Most Seychelles voters will cast their ballot Saturday in presidential and parliamentary elections spanning three days across an idyllic archipelago that has been economically hammered by the coronavirus.
Polling stations will open at 7:00am (0300 GMT) on Mahe, Praslin and La Digue — the three main islands of Seychelles, home to the majority of its 74,600 voters, with the rest living on further-flung territory of the Indian Ocean nation.
Voting took place Thursday and Friday on a few dozen of these outer islands, mainly for employees of hotels or the island management authority, who attended pop-up polling stations with election material carried by plane or boat. Some on the main islands deemed essential workers, such as hospital and nursing staff, also voted Thursday.
The opposition, narrowly defeated in a presidential election in 2015 and buoyed by a landmark victory in a parliamentary poll a year later, is hoping for its first presidential win in the 40 years since Seychelles independence.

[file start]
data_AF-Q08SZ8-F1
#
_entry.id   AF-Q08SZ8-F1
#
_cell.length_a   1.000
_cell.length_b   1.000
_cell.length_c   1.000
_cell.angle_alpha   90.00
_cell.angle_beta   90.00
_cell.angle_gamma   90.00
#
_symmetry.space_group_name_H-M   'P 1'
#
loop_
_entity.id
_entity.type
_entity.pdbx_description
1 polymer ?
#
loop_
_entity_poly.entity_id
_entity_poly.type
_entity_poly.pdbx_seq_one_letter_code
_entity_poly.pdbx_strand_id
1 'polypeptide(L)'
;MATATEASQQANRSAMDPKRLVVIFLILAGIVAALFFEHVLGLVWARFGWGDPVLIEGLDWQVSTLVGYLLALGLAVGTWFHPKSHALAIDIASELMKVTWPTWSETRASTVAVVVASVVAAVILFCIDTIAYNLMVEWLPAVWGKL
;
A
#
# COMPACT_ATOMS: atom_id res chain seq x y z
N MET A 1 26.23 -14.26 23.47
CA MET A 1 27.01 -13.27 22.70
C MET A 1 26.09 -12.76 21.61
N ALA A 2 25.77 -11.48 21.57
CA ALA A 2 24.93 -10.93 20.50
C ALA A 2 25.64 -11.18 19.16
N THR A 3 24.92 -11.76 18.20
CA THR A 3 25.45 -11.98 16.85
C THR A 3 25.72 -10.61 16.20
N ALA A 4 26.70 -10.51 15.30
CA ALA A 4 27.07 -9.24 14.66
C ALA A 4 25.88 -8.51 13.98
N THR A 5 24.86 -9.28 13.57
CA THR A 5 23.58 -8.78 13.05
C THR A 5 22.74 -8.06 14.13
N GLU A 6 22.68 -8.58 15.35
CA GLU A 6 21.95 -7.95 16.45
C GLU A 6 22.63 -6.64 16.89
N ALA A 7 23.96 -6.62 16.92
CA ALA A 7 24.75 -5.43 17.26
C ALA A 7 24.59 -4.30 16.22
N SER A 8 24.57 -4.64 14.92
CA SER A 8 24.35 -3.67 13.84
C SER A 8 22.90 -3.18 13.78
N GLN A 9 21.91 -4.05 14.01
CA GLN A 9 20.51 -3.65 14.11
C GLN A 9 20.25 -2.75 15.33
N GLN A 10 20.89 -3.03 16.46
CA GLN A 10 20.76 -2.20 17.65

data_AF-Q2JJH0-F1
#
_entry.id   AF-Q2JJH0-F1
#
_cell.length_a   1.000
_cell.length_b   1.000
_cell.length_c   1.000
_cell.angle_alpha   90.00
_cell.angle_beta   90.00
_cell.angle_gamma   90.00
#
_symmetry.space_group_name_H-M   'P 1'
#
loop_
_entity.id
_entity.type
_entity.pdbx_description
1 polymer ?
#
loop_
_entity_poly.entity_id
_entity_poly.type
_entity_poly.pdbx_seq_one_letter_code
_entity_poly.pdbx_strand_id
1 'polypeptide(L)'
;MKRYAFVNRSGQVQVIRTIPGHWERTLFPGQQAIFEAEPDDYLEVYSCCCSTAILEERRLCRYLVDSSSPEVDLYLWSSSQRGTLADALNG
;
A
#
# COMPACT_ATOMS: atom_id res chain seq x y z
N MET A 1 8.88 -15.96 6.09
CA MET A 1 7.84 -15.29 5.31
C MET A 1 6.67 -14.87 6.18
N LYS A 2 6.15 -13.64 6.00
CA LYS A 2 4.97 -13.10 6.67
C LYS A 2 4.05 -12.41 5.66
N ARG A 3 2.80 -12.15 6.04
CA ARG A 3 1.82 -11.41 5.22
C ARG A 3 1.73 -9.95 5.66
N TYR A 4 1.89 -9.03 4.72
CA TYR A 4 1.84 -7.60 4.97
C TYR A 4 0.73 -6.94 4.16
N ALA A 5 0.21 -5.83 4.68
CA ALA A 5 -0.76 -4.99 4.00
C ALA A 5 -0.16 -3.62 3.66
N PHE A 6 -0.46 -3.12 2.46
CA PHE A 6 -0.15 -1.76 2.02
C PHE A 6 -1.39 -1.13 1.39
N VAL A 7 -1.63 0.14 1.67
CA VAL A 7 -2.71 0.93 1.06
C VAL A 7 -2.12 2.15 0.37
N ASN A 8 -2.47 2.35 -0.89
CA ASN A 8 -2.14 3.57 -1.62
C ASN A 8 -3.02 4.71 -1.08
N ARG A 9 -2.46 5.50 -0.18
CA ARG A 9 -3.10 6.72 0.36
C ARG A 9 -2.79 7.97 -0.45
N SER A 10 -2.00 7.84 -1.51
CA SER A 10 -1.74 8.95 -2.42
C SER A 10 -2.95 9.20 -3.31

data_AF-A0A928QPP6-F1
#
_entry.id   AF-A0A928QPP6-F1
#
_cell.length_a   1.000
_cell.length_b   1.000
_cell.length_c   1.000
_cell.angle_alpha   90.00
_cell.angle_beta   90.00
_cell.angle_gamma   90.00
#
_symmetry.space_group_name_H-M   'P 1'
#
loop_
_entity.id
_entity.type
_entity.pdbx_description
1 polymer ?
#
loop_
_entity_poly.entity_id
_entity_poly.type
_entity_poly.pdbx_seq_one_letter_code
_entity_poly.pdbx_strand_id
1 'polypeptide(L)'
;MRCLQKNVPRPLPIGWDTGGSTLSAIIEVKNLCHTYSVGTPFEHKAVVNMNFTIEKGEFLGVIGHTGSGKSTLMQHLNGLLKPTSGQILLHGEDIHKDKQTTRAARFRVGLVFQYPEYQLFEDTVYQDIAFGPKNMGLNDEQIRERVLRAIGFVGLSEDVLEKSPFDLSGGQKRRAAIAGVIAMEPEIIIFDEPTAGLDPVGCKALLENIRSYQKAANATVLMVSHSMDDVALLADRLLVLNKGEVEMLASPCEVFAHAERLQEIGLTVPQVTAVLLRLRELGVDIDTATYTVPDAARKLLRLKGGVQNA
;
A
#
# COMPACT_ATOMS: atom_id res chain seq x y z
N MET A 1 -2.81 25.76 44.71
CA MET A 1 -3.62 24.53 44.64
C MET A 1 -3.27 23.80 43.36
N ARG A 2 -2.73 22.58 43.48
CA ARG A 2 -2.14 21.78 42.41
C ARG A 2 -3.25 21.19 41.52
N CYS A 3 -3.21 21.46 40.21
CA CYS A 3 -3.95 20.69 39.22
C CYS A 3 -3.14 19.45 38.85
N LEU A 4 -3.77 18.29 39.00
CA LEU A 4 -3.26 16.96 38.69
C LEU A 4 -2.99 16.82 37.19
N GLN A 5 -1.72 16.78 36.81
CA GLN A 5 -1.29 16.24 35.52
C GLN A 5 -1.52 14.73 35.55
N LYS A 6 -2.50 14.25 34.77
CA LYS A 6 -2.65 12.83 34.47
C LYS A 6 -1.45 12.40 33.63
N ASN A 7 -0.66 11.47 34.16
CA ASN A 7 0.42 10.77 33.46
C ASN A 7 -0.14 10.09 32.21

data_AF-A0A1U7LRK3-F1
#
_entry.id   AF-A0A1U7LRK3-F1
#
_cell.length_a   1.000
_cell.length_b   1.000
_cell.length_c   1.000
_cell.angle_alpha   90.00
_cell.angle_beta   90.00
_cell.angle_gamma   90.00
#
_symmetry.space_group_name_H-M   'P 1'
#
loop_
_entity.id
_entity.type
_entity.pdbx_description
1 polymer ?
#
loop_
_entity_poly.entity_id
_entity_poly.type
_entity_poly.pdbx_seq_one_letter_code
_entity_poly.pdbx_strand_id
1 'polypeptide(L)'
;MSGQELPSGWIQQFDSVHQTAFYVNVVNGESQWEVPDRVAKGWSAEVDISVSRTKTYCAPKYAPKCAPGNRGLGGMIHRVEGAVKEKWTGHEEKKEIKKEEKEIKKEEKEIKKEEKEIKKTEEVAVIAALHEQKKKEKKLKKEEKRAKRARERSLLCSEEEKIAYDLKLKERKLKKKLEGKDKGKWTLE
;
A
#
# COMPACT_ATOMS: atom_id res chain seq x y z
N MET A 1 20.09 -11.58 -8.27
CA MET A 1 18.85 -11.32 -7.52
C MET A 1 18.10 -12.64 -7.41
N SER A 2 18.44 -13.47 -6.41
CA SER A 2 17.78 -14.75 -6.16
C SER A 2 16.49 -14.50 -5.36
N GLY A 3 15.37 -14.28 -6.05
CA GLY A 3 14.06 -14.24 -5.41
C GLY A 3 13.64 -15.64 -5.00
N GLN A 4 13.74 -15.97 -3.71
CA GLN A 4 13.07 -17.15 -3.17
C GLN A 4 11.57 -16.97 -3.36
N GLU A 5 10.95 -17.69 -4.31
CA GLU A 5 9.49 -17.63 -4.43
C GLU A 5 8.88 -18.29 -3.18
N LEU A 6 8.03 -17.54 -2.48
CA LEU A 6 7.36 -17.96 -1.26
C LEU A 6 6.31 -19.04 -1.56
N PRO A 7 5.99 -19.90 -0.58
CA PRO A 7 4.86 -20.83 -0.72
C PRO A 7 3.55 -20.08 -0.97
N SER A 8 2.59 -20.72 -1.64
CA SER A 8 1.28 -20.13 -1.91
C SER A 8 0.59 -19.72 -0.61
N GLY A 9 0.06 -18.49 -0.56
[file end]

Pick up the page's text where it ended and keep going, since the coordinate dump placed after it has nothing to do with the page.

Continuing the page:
It is up against the incumbent Danny Faure, 58, who is running under the recently renamed United Seychelles ruling party which has been in power since 1977.
The main opposition parties did not manage to unite and Faure — who was not elected but took over after his predecessor James Michel resigned — faces two challengers.
His main rival is the Anglican priest Wavel Ramkalawan, who is taking his sixth shot at the presidency and lost by only 193 votes to Michel in an unprecedented second round of voting in 2015.
He is the candidate of the Linyon Democratik Seselwa (Seychelles Democratic Alliance) opposition party, the majority party in parliament after winning 19 of 34 seats in the last election.
The other candidate is Alain St Ange, who was in the opposition before joining the government as tourism minister from 2012-16, but switched back and is now running under the flag of a new party, One Seychelles.
– Tourism downturn –
The campaign took place mainly over social media, with rallies banned due to the coronavirus.
The Seychelles has recorded only 149 cases, mostly imported, but the pandemic has been a burning campaign issue as restrictions on global travel bottom out the tourism industry — a major earner for the Seychelles and employer for many of its 98,000 people.
Visitor numbers have collapsed since March in the archipelago nation of 115 islands, normally a popular destination for honeymooners and paradise-seekers wanting fine sandy beaches and turquoise waters.
The economy has slowed significantly since the start of the pandemic and unemployment has risen from 4.8 to 6.3 per cent, according to government figures.
While average income is among the highest in Africa, the national statistics agency says about 40 per cent of Seychellois live in poverty because of the high cost of living.